(1) Whether a person defined as officer under Clause (20) of Section 2 of the Maharashtra Co- operative Societies Act, 1960, is a Public Servant within the meaning of Section 2 of the Prevention of Corruption Act, 1947 (II of 1947), by virtue of the provisions of Section 161 of the Maharashtra Co-operative Societies Act, 1960, read with Section 21 of the Indian Penal Code? (2) Whether, assuming that provisions of Section 2 of the Prevention of Corruption Act, 1947 are applicable to such a person, is the sanction to prosecute such a person required under any of the Clauses of sub-section (1) of Section 6 of the Prevention of Corruption Act, 1947 capable of being given under the Maharashtra Co-operative Societies Act, 1960? The Division Bench by the impugned Judgment analysed the provisions of Section 161 of the Act as well as Section 21 of the Indian Penal Code and Section 2 of the Prevention of Corruption Act, 1947. The Division Bench of the High Court came to the conclusion that Section 161 of the Act incorporating Section 21 of the Indian Penal Code ipso facto does not enlarge the definition of the term public servant in Section 21 of the Indian Penal Code. It further held that the State Legislature which was competent to amend Section 21 of the Indian Penal Code, the subject of criminal law being on the con-current list and yet the said not having been done, the expression public servant under Section 161 of the Act would mean those officers to be public servants for the purpose of offences under the Co- operative Societies Act and Section 21 of the Indian Penal Code cannot be said to have engrafted into Section 161 of the Act. Accordingly, the High Court held that the accused persons cannot be prosecuted for offences under Section 409 of the Indian Penal Code and Sections 5[1][c] and 5[1][d] read with 5(2) of the Prevention of Corruption Act, though they can be prosecuted for other offences for which cognizance had been taken. Having held so, leave to appeal having been prayed for by the State, the High Court granted leave under Article 134(1)(c) of the Constitution read with Rule 28(2) of the Supreme Court Rules and hence the present appeals.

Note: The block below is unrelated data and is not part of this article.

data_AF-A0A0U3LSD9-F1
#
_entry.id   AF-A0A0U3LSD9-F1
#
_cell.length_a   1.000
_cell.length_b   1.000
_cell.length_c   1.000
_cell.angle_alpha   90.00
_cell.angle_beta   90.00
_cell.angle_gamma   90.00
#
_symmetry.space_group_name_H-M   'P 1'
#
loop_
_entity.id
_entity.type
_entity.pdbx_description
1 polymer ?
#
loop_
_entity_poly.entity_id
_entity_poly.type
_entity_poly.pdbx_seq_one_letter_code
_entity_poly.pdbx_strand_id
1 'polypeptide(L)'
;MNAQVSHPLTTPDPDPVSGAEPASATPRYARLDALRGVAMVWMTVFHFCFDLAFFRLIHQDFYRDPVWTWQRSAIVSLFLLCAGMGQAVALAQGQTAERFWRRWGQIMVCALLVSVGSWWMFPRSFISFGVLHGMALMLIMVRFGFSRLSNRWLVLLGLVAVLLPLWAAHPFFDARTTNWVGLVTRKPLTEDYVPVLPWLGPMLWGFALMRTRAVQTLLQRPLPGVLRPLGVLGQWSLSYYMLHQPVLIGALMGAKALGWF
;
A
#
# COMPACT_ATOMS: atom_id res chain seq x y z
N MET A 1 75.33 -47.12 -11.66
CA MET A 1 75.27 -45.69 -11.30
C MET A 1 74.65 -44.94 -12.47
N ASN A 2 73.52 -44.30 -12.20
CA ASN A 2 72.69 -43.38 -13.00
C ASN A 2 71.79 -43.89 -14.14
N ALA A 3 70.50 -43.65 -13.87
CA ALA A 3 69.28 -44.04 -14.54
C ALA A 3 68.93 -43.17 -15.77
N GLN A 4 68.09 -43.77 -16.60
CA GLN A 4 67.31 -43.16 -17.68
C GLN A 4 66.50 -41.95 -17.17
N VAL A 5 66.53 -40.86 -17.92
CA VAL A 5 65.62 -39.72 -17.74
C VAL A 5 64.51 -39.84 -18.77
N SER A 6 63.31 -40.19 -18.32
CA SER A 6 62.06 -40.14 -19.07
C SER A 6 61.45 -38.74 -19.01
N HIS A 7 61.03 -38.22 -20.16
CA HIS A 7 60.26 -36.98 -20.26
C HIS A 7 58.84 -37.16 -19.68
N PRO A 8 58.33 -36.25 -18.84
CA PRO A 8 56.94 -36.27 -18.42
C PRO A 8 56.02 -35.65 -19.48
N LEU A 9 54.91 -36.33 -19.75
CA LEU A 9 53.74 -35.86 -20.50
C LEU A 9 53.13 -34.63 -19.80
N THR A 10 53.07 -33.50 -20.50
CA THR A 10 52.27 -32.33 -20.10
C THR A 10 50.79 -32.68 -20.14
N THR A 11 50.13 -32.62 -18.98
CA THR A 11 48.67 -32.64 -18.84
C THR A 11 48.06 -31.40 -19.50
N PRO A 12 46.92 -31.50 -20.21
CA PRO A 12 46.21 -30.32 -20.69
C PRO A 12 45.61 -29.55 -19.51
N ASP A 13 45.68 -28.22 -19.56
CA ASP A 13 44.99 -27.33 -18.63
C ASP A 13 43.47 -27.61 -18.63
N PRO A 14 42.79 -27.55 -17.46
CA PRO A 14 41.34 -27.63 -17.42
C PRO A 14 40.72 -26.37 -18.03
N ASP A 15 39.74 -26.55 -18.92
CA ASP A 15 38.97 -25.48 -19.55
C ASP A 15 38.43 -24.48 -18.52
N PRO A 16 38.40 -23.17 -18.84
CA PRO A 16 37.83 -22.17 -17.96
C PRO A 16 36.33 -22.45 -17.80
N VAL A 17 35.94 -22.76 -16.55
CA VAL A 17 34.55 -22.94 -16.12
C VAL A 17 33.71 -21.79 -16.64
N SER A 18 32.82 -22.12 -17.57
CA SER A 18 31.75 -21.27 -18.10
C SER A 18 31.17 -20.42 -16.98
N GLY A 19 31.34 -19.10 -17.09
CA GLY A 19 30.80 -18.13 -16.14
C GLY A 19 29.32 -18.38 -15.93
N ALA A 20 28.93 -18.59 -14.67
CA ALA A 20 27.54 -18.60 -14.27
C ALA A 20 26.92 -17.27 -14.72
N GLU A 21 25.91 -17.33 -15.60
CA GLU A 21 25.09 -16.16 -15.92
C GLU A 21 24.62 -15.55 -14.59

On behalf of the appellant-State, it is contended that the Registrars and other officers under the Co-operative Societies Act, having been held by the Act itself, deemed to be public servants within the meaning of Section 21 of the Indian Penal Code, those officers could be prosecuted for the offences under Indian Penal Code notwithstanding the fact that they do not become 'public servants' under Section 21 of the Indian Penal Code and the High Court, therefore, was in error in coming to the conclusion that until and unless the provisions of Section 21 of the Indian Penal Code are amended, these officers cannot be prosecuted for offences committed under Indian Penal Code.